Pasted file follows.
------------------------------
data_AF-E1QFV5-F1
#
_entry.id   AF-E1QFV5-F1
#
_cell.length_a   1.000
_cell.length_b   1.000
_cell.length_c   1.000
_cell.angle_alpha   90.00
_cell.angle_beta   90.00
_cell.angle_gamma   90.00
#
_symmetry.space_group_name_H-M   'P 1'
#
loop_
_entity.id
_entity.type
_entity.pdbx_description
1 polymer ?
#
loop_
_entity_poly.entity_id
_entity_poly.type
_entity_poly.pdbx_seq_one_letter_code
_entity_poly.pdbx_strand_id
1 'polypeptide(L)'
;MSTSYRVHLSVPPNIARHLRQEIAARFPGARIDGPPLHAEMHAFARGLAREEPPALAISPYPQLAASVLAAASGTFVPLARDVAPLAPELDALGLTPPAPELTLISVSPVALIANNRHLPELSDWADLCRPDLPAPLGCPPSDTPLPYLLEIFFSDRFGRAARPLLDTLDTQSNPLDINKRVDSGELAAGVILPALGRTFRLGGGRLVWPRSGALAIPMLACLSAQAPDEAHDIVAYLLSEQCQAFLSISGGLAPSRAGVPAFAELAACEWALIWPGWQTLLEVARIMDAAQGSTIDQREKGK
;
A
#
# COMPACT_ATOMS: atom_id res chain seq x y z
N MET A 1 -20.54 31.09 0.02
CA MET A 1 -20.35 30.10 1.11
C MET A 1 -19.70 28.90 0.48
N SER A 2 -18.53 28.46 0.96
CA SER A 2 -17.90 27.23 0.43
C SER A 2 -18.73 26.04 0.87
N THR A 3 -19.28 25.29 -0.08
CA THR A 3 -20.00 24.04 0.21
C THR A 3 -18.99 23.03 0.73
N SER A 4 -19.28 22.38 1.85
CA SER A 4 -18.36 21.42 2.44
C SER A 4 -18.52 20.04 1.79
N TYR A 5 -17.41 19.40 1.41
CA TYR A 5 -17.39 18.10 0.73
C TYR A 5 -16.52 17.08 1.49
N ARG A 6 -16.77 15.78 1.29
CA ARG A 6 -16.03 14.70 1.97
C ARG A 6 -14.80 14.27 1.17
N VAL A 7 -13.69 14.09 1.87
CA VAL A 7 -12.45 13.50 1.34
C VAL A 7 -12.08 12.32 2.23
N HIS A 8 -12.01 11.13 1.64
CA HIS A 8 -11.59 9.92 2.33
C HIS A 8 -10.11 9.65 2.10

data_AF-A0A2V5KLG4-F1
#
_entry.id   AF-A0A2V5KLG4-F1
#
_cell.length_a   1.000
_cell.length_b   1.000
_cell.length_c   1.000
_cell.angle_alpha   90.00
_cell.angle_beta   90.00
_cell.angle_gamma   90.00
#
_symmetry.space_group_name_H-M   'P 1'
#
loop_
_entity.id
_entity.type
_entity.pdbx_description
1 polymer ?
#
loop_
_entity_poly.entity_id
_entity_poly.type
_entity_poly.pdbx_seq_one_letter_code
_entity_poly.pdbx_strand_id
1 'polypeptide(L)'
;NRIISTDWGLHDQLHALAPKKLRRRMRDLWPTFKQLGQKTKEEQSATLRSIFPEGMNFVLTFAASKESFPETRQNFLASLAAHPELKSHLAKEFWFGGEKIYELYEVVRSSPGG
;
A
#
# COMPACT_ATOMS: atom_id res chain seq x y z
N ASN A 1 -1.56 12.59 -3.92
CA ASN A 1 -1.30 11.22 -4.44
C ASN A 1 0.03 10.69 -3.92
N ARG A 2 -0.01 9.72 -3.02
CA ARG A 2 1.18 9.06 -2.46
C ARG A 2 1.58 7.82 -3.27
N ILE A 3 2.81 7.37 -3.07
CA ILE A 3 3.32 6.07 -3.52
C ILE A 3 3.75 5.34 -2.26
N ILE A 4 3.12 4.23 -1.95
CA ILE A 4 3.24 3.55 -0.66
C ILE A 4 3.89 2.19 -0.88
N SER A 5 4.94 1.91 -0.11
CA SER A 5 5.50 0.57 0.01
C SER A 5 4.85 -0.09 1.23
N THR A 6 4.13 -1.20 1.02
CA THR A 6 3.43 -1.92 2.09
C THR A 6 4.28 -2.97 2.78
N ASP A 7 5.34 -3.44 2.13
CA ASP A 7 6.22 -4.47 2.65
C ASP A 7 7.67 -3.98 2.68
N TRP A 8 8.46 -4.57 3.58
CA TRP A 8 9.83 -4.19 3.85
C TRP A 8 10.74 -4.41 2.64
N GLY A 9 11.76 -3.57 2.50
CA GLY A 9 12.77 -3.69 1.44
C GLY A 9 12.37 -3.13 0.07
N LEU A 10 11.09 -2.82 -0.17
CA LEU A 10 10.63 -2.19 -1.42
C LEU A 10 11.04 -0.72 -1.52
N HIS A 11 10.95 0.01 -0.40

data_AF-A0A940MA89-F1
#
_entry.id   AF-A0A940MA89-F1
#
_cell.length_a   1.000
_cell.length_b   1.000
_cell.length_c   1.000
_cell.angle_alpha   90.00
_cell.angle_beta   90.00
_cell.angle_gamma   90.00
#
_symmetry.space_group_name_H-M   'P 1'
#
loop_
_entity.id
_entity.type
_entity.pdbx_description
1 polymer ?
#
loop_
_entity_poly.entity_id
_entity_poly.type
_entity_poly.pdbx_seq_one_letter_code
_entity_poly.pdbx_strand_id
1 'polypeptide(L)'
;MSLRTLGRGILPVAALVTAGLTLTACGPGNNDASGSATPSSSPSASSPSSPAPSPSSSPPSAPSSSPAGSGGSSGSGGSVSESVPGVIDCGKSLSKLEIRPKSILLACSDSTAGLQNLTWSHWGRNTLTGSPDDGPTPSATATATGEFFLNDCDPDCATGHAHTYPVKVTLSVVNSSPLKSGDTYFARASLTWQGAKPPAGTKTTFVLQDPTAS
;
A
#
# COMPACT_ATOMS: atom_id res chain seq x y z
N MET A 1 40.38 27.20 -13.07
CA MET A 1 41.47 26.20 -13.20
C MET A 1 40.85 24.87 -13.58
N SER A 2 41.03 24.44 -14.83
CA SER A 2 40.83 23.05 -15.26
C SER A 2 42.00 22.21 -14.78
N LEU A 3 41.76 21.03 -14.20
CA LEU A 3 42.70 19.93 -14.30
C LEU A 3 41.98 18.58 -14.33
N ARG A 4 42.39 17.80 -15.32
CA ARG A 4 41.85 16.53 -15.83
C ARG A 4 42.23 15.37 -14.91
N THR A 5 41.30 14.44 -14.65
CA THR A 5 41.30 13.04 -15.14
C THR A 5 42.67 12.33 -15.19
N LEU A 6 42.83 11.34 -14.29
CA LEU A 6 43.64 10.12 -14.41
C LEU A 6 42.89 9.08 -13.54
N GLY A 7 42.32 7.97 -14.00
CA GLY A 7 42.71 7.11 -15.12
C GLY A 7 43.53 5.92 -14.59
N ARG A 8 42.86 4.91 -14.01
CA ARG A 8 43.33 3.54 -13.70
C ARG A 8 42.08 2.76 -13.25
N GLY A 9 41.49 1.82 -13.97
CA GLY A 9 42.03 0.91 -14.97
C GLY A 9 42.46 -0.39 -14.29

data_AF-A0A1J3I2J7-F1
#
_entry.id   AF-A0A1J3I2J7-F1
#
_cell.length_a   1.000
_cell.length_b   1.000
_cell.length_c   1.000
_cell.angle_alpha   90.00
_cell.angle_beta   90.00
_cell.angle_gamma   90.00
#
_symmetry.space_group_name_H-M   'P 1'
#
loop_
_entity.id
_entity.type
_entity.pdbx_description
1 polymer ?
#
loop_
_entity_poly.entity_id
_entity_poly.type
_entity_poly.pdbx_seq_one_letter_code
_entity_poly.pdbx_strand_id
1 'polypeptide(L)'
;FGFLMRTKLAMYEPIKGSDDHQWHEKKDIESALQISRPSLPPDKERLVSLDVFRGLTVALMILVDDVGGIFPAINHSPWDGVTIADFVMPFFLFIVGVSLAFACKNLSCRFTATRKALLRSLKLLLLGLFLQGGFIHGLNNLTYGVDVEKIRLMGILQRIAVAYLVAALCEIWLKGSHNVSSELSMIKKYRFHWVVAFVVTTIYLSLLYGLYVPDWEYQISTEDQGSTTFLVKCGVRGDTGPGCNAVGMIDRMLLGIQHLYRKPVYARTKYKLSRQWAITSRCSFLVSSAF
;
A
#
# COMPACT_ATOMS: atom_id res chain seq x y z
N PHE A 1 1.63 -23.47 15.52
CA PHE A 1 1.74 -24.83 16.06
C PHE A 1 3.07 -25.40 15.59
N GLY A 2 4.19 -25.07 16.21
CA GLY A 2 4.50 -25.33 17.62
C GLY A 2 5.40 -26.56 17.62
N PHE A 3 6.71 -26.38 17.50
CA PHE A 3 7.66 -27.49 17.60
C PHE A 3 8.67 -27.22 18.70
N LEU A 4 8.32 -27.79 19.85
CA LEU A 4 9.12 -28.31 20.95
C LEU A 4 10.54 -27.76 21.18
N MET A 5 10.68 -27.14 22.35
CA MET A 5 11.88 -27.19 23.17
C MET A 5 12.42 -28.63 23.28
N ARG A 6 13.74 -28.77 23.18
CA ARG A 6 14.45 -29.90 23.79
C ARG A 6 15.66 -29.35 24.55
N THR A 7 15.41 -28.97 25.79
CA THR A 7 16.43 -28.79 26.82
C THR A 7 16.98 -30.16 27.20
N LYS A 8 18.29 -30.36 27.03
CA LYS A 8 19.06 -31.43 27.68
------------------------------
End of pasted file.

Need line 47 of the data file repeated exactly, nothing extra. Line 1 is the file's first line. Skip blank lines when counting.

CA ARG A 6 -16.03 14.70 1.97